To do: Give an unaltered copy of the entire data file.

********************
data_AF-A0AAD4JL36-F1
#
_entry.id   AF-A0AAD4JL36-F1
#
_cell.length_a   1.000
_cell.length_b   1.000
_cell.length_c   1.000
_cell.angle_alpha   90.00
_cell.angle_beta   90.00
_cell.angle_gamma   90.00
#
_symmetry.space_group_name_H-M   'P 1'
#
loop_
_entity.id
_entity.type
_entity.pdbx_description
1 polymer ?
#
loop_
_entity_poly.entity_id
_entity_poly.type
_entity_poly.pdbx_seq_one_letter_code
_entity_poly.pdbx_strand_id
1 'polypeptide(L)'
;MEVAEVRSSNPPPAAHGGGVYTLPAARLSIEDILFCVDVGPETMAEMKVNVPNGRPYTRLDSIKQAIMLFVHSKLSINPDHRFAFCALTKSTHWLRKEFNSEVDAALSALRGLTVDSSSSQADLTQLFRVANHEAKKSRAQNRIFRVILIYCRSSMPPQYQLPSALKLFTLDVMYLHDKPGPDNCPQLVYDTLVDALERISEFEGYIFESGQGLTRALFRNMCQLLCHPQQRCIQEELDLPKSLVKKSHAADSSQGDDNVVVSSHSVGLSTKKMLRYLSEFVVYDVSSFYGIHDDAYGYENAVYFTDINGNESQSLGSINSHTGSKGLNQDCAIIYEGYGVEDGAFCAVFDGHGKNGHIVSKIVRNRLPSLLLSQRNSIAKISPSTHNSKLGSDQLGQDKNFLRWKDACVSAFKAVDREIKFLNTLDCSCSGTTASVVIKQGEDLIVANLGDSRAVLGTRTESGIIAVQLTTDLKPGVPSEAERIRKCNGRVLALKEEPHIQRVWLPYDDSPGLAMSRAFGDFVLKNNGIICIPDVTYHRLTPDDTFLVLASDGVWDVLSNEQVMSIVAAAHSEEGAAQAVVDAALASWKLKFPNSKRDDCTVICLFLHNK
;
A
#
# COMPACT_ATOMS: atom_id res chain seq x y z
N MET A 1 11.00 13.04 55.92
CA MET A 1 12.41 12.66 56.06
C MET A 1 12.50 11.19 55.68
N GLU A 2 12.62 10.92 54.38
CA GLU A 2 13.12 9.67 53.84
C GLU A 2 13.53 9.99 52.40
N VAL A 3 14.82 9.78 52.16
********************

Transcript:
data_AF-A0AAD4JL36-F1
#
_entry.id   AF-A0AAD4JL36-F1
#
_cell.length_a   1.000
_cell.length_b   1.000
_cell.length_c   1.000
_cell.angle_alpha   90.00
_cell.angle_beta   90.00
_cell.angle_gamma   90.00
#
_symmetry.space_group_name_H-M   'P 1'
#
loop_
_entity.id
_entity.type
_entity.pdbx_description
1 polymer ?
#
loop_
_entity_poly.entity_id
_entity_poly.type
_entity_poly.pdbx_seq_one_letter_code
_entity_poly.pdbx_strand_id
1 'polypeptide(L)'
;MEVAEVRSSNPPPAAHGGGVYTLPAARLSIEDILFCVDVGPETMAEMKVNVPNGRPYTRLDSIKQAIMLFVHSKLSINPDHRFAFCALTKSTHWLRKEFNSEVDAALSALRGLTVDSSSSQADLTQLFRVANHEAKKSRAQNRIFRVILIYCRSSMPPQYQLPSALKLFTLDVMYLHDKPGPDNCPQLVYDTLVDALERISEFEGYIFESGQGLTRALFRNMCQLLCHPQQRCIQEELDLPKSLVKKSHAADSSQGDDNVVVSSHSVGLSTKKMLRYLSEFVVYDVSSFYGIHDDAYGYENAVYFTDINGNESQSLGSINSHTGSKGLNQDCAIIYEGYGVEDGAFCAVFDGHGKNGHIVSKIVRNRLPSLLLSQRNSIAKISPSTHNSKLGSDQLGQDKNFLRWKDACVSAFKAVDREIKFLNTLDCSCSGTTASVVIKQGEDLIVANLGDSRAVLGTRTESGIIAVQLTTDLKPGVPSEAERIRKCNGRVLALKEEPHIQRVWLPYDDSPGLAMSRAFGDFVLKNNGIICIPDVTYHRLTPDDTFLVLASDGVWDVLSNEQVMSIVAAAHSEEGAAQAVVDAALASWKLKFPNSKRDDCTVICLFLHNK
;
A
#
# COMPACT_ATOMS: atom_id res chain seq x y z
N MET A 1 11.00 13.04 55.92
CA MET A 1 12.41 12.66 56.06
C MET A 1 12.50 11.19 55.68
N GLU A 2 12.62 10.92 54.38
CA GLU A 2 13.12 9.67 53.84
C GLU A 2 13.53 9.99 52.40
N VAL A 3 14.82 9.78 52.16